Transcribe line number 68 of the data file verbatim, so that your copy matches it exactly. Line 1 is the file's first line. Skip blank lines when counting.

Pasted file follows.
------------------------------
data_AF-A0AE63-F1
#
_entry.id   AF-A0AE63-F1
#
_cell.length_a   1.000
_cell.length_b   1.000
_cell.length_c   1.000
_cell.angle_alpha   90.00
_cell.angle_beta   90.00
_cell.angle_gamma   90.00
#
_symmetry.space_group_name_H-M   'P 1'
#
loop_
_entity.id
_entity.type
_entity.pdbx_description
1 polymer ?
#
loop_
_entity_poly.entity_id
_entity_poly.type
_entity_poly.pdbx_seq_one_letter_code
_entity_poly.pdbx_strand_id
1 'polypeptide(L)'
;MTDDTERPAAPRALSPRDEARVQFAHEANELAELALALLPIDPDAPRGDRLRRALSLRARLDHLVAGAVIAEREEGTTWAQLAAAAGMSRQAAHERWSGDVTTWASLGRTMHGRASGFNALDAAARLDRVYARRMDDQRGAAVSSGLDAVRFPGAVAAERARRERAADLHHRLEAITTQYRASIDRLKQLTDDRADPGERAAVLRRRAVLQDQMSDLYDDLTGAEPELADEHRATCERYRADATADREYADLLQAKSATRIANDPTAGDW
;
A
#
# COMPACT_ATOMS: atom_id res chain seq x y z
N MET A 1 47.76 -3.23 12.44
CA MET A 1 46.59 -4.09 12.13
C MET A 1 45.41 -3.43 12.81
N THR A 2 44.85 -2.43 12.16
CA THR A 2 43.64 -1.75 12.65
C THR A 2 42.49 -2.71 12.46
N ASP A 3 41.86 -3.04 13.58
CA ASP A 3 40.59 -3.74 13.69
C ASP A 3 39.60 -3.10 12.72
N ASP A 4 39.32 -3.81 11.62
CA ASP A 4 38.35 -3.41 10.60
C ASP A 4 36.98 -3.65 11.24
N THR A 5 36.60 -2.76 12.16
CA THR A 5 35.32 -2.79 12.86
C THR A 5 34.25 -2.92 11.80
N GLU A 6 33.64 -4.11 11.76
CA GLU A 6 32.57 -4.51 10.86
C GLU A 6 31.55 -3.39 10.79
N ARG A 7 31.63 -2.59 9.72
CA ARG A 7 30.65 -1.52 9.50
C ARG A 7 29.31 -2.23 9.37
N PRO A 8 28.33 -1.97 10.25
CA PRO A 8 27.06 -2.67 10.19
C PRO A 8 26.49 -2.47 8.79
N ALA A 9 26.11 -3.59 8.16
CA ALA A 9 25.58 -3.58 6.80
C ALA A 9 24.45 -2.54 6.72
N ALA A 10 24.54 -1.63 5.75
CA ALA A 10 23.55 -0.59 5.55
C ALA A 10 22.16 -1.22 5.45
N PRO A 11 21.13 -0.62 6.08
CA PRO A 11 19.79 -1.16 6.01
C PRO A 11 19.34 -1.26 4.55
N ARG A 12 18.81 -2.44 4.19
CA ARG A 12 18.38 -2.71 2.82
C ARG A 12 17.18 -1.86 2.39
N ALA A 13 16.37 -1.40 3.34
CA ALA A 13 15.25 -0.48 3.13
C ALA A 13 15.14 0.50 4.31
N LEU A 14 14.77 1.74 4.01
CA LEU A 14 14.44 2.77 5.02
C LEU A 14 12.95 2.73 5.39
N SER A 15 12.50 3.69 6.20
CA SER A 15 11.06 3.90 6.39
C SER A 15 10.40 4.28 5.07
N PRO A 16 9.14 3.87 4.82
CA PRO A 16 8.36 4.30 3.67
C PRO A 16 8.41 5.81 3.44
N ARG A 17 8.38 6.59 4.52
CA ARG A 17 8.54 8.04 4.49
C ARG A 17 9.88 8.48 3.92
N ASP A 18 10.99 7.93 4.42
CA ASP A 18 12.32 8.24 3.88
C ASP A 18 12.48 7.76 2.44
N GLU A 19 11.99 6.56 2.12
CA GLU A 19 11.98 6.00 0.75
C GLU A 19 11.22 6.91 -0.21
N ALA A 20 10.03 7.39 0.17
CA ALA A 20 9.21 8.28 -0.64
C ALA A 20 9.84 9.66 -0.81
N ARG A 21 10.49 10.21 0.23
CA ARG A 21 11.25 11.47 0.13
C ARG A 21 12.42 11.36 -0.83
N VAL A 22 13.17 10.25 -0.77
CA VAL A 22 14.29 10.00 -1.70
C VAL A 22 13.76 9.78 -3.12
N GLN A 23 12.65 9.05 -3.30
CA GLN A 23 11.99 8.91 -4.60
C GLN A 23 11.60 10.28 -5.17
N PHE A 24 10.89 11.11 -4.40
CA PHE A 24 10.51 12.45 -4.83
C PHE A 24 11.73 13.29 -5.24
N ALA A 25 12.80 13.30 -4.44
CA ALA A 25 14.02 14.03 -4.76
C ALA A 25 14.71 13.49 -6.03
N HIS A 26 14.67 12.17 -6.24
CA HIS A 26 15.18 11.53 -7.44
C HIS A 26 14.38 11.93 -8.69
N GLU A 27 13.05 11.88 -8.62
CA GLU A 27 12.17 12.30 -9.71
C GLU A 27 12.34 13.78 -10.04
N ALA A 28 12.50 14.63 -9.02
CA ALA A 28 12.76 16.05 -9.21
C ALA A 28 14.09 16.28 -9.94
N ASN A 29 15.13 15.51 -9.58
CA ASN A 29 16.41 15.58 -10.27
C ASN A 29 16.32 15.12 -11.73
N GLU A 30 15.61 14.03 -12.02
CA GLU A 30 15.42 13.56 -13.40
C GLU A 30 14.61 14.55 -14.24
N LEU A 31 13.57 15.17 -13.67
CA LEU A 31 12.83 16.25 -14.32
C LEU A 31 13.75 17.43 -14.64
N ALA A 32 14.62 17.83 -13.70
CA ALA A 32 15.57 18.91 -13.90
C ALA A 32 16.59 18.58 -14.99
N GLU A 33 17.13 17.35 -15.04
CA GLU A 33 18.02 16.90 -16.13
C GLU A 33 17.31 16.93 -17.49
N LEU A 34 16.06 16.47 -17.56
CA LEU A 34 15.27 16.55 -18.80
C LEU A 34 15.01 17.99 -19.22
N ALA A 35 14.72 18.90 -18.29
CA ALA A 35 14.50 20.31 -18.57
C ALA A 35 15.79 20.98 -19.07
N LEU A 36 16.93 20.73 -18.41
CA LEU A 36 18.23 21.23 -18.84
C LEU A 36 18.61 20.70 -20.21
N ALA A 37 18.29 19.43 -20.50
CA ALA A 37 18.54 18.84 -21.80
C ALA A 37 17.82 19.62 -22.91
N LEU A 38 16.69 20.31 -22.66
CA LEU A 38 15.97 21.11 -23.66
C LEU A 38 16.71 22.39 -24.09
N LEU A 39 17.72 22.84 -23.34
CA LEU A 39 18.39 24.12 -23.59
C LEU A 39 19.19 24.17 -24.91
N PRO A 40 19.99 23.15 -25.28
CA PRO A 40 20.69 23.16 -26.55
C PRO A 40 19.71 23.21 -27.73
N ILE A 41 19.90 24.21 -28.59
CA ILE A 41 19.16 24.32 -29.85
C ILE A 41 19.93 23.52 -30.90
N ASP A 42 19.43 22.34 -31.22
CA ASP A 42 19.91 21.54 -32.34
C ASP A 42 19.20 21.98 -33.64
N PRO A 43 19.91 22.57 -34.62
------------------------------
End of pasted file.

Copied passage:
CA ALA A 13 15.25 -0.48 3.13